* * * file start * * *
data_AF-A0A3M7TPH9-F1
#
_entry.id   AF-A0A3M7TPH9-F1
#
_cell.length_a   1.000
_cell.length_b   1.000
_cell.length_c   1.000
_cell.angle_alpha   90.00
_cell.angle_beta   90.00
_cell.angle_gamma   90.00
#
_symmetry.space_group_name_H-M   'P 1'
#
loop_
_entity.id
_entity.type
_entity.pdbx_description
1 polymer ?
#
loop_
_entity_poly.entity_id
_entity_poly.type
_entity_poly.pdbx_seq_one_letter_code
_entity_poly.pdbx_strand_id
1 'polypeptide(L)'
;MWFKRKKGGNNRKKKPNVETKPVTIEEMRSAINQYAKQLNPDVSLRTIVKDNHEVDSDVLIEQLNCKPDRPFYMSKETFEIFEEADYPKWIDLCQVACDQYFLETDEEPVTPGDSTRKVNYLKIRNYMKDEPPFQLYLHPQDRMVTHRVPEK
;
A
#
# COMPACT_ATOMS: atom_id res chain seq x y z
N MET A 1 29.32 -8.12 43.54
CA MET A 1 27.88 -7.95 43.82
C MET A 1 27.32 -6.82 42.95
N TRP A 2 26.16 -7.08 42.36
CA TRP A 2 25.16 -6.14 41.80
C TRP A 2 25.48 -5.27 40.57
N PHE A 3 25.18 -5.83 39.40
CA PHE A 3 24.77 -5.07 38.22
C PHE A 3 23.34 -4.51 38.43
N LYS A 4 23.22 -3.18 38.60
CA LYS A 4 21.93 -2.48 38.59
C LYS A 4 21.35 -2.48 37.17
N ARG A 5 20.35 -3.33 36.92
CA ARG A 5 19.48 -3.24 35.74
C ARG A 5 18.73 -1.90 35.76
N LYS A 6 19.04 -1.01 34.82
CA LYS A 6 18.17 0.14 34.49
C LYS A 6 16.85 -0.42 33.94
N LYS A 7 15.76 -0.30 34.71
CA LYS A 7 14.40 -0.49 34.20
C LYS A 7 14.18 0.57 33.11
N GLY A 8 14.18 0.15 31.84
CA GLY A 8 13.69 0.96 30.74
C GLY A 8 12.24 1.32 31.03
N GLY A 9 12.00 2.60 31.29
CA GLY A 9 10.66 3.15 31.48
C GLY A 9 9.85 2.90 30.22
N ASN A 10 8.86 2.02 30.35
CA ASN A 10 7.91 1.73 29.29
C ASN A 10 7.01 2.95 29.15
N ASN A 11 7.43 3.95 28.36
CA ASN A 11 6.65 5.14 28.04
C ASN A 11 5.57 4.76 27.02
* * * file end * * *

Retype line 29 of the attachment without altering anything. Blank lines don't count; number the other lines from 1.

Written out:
#